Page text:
The Village Headmaster cast in performance


Yinka Olatunbosun

Good memories were spontaneously evoked recently when the Nigeria Police band at the orchestra pit, Terra Arena launched forth the soundtrack to the classic Nigerian television drama series The Village Headmaster. Many hummed along while others stared in amazement at the display of nostalgia in the auditorium. It was the occasion of the 50th anniversary of the Village Headmaster, which was created by the late Ambassador Segun Olusola for the Nigerian Television Authority (NTA).

The night’s compère, Yemi Shodimu set the ball rolling with his curtain-raiser performance. Many had found exciting the energetic performance by Crown Troupe of Africa titled, “Our Area”. With the opening song, “Nigeria go better”, the cast made their way to the stage in green and white costumes.

Relying heavily on chorused lines, Segun Adefila’s experimental theatre took the audience off-guard with its animated portrayal of harsh social realities, dark humour and minimalist approach to stage design. From bus to religious parody, the satirical play is very contemporary in its treatment of the themes of governance, corruption and humanity.

The mother of all television drama series in Nigeria, “The Village Headmaster” written in English and partly pidgin-English was created as a unifying television content with an unparalleled cross-over appeal. Both young and old as well as rich and poor stayed glued to the television screen throughout the 70s and 80s which were the peak periods in the history of the drama.
In his opening remarks, the Minister of Information, Alhaji Lai Mohammed who was represented by the DG, NTA, Yakubu Mohammed acknowledged the role played by the cast and crew of Village Headmaster in nation building.

“The Village Headmaster is the first indigenous drama series that showcased the top of Nigerian actors, scriptwriters, producers and directors. Apart from serving as a mirror reflecting the typical village setting, the series became a veritable tool for culture re-engineering with its emphasis on virtues of honesty, tolerance and loyalty,”he said.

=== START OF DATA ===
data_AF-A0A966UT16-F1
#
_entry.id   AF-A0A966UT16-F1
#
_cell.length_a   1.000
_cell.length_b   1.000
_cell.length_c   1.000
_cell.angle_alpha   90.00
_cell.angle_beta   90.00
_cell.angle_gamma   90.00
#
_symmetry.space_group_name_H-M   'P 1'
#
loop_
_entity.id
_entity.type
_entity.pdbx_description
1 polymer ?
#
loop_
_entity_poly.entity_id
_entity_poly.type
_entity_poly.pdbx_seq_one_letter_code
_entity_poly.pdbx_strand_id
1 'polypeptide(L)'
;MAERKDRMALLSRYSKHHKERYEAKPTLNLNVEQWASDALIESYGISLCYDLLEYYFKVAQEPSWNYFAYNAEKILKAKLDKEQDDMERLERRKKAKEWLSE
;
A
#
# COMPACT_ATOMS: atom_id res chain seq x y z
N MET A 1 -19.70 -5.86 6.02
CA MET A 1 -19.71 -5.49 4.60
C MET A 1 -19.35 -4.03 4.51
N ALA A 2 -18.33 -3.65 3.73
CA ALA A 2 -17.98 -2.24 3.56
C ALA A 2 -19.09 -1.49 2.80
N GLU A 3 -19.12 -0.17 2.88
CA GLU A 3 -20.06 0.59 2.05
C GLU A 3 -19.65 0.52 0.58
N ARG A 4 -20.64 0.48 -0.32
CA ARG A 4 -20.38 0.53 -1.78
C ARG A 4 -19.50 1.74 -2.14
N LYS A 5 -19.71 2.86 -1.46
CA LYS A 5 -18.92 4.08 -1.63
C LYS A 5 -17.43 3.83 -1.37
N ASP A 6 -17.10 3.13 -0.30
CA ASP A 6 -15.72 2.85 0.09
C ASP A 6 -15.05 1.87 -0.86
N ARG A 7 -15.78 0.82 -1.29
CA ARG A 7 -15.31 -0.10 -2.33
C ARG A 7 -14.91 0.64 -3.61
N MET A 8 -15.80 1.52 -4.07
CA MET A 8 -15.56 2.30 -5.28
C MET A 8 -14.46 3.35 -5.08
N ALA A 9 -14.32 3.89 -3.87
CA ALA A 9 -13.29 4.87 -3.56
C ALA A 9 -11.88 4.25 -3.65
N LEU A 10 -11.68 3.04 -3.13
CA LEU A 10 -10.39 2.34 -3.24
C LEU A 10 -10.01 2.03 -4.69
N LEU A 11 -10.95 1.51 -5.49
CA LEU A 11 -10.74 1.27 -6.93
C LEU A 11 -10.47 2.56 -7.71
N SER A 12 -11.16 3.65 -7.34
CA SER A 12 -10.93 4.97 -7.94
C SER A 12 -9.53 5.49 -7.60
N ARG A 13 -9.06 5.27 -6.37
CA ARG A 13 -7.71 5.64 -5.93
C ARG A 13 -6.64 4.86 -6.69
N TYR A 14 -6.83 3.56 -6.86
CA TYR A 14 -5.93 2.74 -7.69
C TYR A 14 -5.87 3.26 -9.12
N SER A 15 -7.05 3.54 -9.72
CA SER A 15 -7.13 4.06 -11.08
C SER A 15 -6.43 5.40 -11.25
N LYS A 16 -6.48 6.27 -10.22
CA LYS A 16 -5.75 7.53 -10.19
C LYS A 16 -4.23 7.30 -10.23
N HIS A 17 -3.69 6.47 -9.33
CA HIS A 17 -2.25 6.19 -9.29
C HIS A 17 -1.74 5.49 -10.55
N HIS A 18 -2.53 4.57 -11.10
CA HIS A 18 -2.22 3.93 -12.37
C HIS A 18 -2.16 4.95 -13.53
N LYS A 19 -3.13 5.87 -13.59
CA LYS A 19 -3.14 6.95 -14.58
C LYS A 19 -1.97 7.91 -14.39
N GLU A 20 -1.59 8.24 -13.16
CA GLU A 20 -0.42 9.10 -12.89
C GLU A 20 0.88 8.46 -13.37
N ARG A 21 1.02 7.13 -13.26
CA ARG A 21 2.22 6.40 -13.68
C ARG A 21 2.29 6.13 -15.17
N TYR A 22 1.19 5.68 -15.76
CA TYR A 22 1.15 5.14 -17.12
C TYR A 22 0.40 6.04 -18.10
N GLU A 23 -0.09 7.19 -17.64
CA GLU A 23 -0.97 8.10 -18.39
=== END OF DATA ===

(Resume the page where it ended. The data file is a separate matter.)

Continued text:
Reflecting on the quality of the script, depiction of characters and the overall professionalism, he remarked that most television and video productions in Nigeria owe a lot to the benchmark set by Village Headmaster.

“Without any fear of contradiction, I can say that what we now know as Nollywood can trace its genesis to The Village Headmaster and much later Cock Crow at Dawn, Mirror in the Sun and others. Village Headmaster was the most watched indigenous piece that was important to behavioural change. In it, Nigerians saw themselves reflected in television. Every viewer saw a bit of himself or herself or his neighbour, son or daughter. It was a reflection of the family and society. As we gather here this evening to celebrate the 50 years of Village Headmaster, let us recall the contribution of those pioneers who have passed on but who are here with us in spirit.”

A minute of applause was observed for the “unforgettable” cast and crew of the Village Headmaster including the late Femi Robinson, Oba Funsho Adeolu, Akin Olasemo, Ted Mukoro and Justus Esiri, among others. To the surprise of many, some of the screen veterans featured in the command performance of the Village Headmaster titled, “No Vacuum”. They are Ibidun Allison as Amebo, Comish Ekiye, Jimi Johnson, Asuquo Ukwak alongside other centre-stage actors such as Chris Iheowa and Jide Alabi who gave a show-stopping performance of the “Hausa man” role.

The dated, yet regal, costumes helped to situate the drama as a traditional piece with themes that are relevant to today’s national discourse. The power tussle in the village of Oja portrayed by the characters replicates the nature of Nigeria’s political system. It was a night of sterling performances from every cast member which moved the DG, NTA, Mohammed to make a direct plea to the production team and relevant authorities.

“I saw a television set for the first time in 1978 in Zaria where I had gone for an interview,” he recalled. “It was black and white and that was significant. The first programme I watched on that television was The Village Headmaster. We need a new Village Headmaster series. Give it to us. How you do it, I don’t know. But I know you can do it. The challenge is yours.”